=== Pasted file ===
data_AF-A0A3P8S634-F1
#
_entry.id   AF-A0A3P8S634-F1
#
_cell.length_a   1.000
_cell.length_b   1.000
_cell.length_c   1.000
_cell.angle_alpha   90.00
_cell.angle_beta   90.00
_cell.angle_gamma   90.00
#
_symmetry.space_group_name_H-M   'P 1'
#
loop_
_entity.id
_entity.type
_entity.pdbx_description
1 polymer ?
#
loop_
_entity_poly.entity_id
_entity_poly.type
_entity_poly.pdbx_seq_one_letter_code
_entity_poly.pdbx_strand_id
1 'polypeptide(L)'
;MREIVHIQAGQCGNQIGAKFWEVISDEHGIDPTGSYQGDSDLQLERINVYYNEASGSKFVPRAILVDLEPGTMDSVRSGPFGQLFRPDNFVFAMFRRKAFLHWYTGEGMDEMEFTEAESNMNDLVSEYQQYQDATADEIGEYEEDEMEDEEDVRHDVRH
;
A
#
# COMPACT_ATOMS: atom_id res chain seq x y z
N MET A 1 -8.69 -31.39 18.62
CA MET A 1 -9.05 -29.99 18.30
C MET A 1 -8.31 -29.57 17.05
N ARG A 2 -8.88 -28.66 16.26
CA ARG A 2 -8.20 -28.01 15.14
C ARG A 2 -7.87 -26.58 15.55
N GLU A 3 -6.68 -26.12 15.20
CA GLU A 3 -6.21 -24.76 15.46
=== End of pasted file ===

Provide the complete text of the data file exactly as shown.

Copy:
data_AF-A0A3P8S634-F1
#
_entry.id   AF-A0A3P8S634-F1
#
_cell.length_a   1.000
_cell.length_b   1.000
_cell.length_c   1.000
_cell.angle_alpha   90.00
_cell.angle_beta   90.00
_cell.angle_gamma   90.00
#
_symmetry.space_group_name_H-M   'P 1'
#
loop_
_entity.id
_entity.type
_entity.pdbx_description
1 polymer ?
#
loop_
_entity_poly.entity_id
_entity_poly.type
_entity_poly.pdbx_seq_one_letter_code
_entity_poly.pdbx_strand_id
1 'polypeptide(L)'
;MREIVHIQAGQCGNQIGAKFWEVISDEHGIDPTGSYQGDSDLQLERINVYYNEASGSKFVPRAILVDLEPGTMDSVRSGPFGQLFRPDNFVFAMFRRKAFLHWYTGEGMDEMEFTEAESNMNDLVSEYQQYQDATADEIGEYEEDEMEDEEDVRHDVRH
;
A
#
# COMPACT_ATOMS: atom_id res chain seq x y z
N MET A 1 -8.69 -31.39 18.62
CA MET A 1 -9.05 -29.99 18.30
C MET A 1 -8.31 -29.57 17.05
N ARG A 2 -8.88 -28.66 16.26
CA ARG A 2 -8.20 -28.01 15.14
C ARG A 2 -7.87 -26.58 15.55
N GLU A 3 -6.68 -26.12 15.20
CA GLU A 3 -6.21 -24.76 15.46